Use cases where AI can help vary from diagnostic imaging to predicting the patient length of stay, and even chatbots. But these initiatives must avoid breaches, ransomware, and other privacy compliance issues.
Join this upcoming webinar live on October 18, 2018, at 11:00 AM Pacific Time, bringing you thought leaders from across the healthcare industry including:
Andrew Hicks, VP, Healthcare Assurance Services at Coalfire Mitch Parker, Executive Director, Information Security, and Compliance at IU Health David Houlding, Principal Healthcare lead at Microsoft
Each presenter will provide practical advice on how to address security, privacy, and compliance with AI solutions in healthcare.
Key takeaways: AI in healthcare trends and risks
Combining biometric identification with artificial intelligence (AI) enables banks to take a new approach to verifying the digital identity of their prospects and customers. Biometrics is the process by which a person’s unique physical and personal traits are detected and recorded by an electronic device or system as a means of confirm identity. Biometric identifiers are unique to individuals, so they are more reliable in confirming identity than token and knowledge-based methods, such as identity cards and passwords. Biometric identifiers are often categorized as physiological identifiers that are related to a person’s physicality and include fingerprint recognition, hand geometry, odor/scent, iris scans, DNA, palmprint, and facial recognition.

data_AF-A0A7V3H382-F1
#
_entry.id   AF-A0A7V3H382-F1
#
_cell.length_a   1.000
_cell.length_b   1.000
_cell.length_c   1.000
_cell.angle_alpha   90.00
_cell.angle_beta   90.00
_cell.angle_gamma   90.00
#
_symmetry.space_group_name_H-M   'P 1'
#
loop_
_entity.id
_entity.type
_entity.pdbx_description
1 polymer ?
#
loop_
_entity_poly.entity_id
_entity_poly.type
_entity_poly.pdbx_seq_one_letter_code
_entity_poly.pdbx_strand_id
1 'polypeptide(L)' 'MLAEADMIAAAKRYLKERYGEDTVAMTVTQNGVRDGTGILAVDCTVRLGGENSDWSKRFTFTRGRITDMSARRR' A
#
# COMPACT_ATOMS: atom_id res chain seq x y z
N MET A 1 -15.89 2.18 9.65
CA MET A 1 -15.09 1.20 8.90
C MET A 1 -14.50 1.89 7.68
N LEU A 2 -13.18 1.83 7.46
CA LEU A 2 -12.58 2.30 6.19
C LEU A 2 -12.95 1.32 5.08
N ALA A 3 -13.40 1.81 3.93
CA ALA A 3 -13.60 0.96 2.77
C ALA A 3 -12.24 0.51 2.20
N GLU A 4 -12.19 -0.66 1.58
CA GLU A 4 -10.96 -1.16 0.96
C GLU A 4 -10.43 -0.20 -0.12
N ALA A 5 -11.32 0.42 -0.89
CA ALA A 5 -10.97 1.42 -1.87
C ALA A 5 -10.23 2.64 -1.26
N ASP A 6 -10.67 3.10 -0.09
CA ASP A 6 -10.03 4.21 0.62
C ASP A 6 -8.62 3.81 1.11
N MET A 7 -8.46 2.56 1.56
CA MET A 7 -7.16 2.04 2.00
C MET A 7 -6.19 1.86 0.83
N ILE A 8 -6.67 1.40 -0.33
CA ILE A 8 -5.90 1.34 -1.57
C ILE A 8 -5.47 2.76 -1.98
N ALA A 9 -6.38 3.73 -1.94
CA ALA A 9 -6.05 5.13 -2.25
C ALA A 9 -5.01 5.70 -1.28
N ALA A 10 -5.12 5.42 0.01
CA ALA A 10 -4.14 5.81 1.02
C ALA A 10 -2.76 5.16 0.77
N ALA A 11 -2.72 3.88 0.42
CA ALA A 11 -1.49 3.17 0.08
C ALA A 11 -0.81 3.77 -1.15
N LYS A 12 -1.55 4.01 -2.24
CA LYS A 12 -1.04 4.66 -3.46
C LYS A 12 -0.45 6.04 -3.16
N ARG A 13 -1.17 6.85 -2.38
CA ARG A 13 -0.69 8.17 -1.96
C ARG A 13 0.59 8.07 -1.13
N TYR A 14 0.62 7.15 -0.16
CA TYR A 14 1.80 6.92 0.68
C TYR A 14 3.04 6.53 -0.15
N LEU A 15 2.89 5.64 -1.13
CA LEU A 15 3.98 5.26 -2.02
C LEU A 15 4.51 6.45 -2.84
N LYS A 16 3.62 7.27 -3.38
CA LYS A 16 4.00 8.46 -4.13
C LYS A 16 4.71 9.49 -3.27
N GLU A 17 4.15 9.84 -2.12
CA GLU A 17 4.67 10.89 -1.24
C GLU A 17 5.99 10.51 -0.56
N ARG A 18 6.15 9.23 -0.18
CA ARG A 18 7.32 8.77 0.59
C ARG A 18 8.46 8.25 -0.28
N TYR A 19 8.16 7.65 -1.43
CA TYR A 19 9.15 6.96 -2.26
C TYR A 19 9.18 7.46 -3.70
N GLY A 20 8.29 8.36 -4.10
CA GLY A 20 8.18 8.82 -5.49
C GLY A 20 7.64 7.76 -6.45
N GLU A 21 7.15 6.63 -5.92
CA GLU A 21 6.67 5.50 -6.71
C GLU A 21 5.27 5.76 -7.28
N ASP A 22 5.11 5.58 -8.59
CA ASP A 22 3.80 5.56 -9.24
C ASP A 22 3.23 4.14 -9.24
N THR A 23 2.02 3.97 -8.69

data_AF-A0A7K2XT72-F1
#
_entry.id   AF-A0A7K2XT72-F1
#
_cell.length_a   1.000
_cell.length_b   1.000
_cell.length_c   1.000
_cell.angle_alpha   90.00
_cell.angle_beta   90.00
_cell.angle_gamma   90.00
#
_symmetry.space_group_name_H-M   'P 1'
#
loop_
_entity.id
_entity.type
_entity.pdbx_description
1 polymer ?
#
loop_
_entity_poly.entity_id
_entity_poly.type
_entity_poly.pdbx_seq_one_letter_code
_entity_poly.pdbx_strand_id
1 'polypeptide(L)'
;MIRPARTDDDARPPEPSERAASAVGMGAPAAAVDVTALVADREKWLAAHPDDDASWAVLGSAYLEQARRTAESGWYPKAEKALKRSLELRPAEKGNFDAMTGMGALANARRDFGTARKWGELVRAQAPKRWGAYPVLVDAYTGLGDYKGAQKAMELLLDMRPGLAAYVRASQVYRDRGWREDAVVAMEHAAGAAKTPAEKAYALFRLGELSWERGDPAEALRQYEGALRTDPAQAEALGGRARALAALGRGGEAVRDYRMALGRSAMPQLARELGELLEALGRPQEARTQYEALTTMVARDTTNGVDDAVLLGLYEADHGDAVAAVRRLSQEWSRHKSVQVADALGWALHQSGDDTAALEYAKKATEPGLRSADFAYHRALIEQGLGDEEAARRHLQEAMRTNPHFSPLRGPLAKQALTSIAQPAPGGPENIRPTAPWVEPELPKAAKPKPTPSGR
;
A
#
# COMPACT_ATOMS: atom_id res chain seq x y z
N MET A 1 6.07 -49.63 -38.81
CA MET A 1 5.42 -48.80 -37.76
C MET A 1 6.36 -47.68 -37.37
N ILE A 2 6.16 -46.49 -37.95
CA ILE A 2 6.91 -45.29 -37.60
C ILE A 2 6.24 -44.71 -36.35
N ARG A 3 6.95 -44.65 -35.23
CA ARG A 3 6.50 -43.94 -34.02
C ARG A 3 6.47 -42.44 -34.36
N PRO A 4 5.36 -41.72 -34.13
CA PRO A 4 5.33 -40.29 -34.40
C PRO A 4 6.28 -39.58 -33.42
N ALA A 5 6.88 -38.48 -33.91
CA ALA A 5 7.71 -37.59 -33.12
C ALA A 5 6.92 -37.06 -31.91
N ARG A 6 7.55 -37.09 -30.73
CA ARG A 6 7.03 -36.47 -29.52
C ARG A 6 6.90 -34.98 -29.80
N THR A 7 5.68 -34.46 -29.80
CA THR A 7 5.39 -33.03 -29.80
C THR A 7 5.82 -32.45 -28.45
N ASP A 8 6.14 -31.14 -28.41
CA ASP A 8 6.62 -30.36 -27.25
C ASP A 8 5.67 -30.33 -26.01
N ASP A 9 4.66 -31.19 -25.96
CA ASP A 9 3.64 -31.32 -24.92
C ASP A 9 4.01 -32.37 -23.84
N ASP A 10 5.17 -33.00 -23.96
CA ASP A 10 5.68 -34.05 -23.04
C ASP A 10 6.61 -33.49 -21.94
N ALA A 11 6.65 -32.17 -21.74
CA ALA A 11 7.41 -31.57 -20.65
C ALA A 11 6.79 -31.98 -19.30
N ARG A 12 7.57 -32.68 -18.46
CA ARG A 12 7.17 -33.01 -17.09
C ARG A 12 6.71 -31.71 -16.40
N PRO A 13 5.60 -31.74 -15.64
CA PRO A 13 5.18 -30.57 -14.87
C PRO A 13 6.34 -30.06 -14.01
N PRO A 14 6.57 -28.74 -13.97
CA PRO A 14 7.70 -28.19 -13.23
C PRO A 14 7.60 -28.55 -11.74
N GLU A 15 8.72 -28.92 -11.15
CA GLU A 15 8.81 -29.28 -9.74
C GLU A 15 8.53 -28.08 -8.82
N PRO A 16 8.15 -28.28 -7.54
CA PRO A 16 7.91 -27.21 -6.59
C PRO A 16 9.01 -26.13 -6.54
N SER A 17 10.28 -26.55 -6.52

But how do you ensure the effectiveness of identifying a customer when they are not physically in the presence of the bank employee? As the world of banking continues to go digital, our identity is becoming the key to accessing these services. Regulators require banks to verify that users are who they say they are, not bad actors like fraudsters or known money launderers. And verifying identities online without seeing the person face to face is one of the biggest challenges online and mobile services face today.
It’s problematic because identity documents
Many healthcare organizations are starting to adopt artificial intelligence (AI) systems to gain deeper insight into operations, patient care, diagnostic imaging, cost savings and so on. However, it can sometimes be daunting to even know where to get started. Many times, you need a clear lighted path to start your journey and embrace AI and machine learning (ML) capabilities rapidly.
One method is using an Azure Healthcare AI blueprint. It’s a shortcut to using Microsoft Azure at low cost and without deep knowledge of cloud computing. Blueprints include resources such as example code, test data, security, and compliance support. The largest advantage of using a blueprint is explicit advice and clear instructions on keeping your solution in compliance. We’re trying to eliminate the mystery, so you don’t have to research it yourself.
Three core areas where the blueprint can help with compliance are cloud provider and client responsibilities, security threats, and regulatory compliance. These three areas can get overlooked at the beginning of any technology project, yet they are important parts of creating healthcare systems. Applying formal discipline to these areas is made easier by using the blueprint to create an AI/ML experiment installation.